2) Enemies or lower people are also included in this royal tense as it shows the character of the one speaking rather than for whom it is spoken.
3) “im” is also for respect.
4) “im” is also for plural. For example “I am happy” and “We are happy” have the same words in Hebrew, Arabic and Aramaic for “I” and “we”. “We are happy” is a royal singular but if two people were to say that they are happy, they would also say, “We are happy”.
5) Quote from Catholic Encyclopaedia; Elohim is the common name for God. It is a plural form, but “The usage of the language gives no support to the supposition that we have in the plural form Elohim, applied to the God of Israel, the remains of an early polytheism, or at least a combination with the higher spiritual beings” (Kautzsch). Grammarians call it a plural of majesty or rank, or of abstraction, or of magnitude (Gesenius, Grammatik, 27th ed., nn. 124 g, 132 h).
6) Elohim has plural morphological form in Hebrew, but it is used with singular verbs and adjectives in the Hebrew text when the particular meaning of the God of Israel (a singular deity) is traditionally understood. Thus the very first words of the Bible are breshit bara elohim, where bara ברא is a verb inflected as third person singular masculine perfect. If Elohim were an ordinary plural word, then the plural verb form bar’u בראו would have been used in this sentence instead. Such plural grammatical forms are in fact found in cases where Elohim has semantically plural reference (not referring to the God of Israel). There are a few other words in Hebrew that have a plural ending, but refer to one thing and take singular verbs and adjectives, for example בעלים (be’alim, owner) in Exodus 21:29 and elsewhere.
7) To better understand this Sametic language term, one has to learn the language as we find no equivalent in Eurpoean languages and therefore literal translation becomes impossible.
Grammarians have many views which I do not reject. These are ancient and very rich languages as they are root languages from which other languages have emerged. Their richness cannot be imitated or even translated correctly. However, “im” in our discussion here was about Muhammadim and Elohim was just for the example.
Mohammed In The Bible Song Of Solomon Ch.5 V.16 ...https://www.youtube.com/watch?v=oMQsORuTyF4
The idea of Jesus dying on the cross is central to the Christian belief. It represents the conviction that Jesus died for the sins of mankind. The crucifixion of Jesus is a vital doctrine in Christianity; however Muslims reject it completely. Before describing what Muslims believe about Jesus’ crucifixion, it may be useful to understand the Islamic reaction to the notion of original sin.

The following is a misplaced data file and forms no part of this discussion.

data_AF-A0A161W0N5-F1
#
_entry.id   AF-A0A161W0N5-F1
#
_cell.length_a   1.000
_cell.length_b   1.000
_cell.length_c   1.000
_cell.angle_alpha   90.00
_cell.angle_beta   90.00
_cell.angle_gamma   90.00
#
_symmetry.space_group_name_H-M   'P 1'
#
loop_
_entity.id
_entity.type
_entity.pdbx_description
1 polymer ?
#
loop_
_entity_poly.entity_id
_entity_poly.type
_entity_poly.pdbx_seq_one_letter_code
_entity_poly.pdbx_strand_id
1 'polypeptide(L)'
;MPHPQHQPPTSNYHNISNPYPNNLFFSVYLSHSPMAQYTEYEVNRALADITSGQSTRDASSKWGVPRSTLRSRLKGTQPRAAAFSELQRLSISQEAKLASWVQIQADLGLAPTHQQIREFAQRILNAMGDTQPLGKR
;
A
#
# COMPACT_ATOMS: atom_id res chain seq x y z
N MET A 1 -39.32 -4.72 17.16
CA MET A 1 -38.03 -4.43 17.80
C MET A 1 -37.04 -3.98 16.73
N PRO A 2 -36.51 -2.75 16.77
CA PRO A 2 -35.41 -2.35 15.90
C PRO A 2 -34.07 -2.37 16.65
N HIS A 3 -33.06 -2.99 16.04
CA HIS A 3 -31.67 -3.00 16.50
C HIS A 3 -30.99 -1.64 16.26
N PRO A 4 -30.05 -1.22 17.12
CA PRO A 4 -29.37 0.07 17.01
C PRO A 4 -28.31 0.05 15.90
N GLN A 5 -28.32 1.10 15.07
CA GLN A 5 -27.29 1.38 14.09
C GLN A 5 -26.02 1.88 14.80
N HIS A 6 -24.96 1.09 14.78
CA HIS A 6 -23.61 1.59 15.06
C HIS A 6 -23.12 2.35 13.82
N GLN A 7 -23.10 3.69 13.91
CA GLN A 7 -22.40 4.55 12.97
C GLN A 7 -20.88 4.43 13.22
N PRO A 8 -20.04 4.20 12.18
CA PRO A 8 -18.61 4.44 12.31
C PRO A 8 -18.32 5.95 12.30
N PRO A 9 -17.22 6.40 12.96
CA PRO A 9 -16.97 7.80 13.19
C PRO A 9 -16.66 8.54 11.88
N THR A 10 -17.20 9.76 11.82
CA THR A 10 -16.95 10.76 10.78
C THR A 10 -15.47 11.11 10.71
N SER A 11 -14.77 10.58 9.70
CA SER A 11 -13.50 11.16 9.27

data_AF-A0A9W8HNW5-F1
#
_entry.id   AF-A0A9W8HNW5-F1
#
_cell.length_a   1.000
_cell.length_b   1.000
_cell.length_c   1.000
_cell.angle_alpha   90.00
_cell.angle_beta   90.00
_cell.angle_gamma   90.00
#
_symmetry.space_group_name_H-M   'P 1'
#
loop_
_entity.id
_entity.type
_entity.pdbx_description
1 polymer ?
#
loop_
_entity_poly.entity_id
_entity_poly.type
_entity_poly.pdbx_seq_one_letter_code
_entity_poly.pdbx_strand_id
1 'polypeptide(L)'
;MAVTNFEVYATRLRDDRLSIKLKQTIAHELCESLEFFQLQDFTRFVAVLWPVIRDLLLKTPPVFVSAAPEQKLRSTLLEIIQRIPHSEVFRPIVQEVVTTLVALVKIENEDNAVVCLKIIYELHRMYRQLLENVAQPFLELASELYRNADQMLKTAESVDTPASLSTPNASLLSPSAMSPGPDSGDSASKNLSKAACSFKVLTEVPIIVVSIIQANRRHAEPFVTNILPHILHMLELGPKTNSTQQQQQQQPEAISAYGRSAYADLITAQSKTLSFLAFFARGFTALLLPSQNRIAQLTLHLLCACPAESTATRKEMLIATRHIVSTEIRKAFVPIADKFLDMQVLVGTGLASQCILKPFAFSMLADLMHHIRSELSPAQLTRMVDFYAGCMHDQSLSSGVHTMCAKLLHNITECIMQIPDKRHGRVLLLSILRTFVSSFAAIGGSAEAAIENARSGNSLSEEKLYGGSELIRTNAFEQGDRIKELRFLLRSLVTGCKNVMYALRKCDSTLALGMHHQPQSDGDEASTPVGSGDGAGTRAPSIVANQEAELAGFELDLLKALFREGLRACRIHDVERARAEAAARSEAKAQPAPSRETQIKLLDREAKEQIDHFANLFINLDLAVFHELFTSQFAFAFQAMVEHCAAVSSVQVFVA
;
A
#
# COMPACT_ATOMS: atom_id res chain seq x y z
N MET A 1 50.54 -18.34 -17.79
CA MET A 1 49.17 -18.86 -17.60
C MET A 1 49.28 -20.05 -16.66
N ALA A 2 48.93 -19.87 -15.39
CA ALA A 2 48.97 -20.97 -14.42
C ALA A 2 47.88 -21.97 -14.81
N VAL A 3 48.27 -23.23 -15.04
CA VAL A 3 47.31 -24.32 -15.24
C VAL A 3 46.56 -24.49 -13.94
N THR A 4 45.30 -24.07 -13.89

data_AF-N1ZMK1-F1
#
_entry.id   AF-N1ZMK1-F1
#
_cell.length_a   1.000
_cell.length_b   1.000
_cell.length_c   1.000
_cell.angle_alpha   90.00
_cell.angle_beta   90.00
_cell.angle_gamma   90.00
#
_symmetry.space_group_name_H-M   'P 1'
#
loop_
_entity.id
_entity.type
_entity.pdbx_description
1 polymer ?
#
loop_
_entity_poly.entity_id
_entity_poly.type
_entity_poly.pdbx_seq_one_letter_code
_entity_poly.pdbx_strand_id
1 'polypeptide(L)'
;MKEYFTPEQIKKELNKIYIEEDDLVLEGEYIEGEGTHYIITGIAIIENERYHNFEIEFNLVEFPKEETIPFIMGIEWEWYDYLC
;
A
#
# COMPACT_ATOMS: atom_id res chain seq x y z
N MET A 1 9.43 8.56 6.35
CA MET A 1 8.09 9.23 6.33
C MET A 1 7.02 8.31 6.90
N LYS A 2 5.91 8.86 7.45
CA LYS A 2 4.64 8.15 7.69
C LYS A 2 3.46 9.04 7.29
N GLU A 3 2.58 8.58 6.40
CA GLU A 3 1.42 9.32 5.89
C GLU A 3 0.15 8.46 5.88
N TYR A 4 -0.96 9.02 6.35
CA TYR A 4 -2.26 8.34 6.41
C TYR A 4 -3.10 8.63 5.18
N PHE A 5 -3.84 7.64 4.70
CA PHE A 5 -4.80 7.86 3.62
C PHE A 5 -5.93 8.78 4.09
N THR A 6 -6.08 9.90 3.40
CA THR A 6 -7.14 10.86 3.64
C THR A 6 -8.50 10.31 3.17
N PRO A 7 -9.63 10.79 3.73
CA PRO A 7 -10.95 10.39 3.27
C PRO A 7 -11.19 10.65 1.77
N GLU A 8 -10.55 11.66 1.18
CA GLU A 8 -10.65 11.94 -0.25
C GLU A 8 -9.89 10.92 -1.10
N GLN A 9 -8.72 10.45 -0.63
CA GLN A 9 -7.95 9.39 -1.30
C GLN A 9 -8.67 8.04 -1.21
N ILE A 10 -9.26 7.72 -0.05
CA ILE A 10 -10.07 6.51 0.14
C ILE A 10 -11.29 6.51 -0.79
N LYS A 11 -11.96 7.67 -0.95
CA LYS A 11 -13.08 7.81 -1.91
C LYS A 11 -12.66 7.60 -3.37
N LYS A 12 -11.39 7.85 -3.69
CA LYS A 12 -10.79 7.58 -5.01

When Adam and Eve ate from the forbidden tree in paradise, they were not tempted by a serpent. It was Satan who deceived and cajoled them, whereupon they exercised their free will and made an error in judgement. Eve does not bear the burden of this mistake alone. Together, Adam and Eve realised their disobedience, felt remorse and begged for God’s forgiveness. God, in his infinite mercy and wisdom, forgave them. Islam has no concept of original sin; each person bears responsibility for his own deeds.
“And no bearer of burdens shall bear another’s burden”. (Quran 35:18)
There is no need for God, a son of God, or even a Prophet of God to sacrifice himself for mankind’s sins in order to buy forgiveness. Islam refuses this view entirely. The foundation of Islam rests on knowing with certainty that nothing should we worshipped but God alone. Forgiveness emanates from the One True God; so, when a person seeks forgiveness, he must turn to God submissively with true remorse and beg forgiveness, promising not to repeat the sin. Then and only then will sins be forgiven.
In the light of Islam’s understanding of original sin and forgiveness, we can see that Islam teaches that Jesus did not come to atone for the sins of mankind; rather, his purpose was to reaffirm the message of the Prophets before him.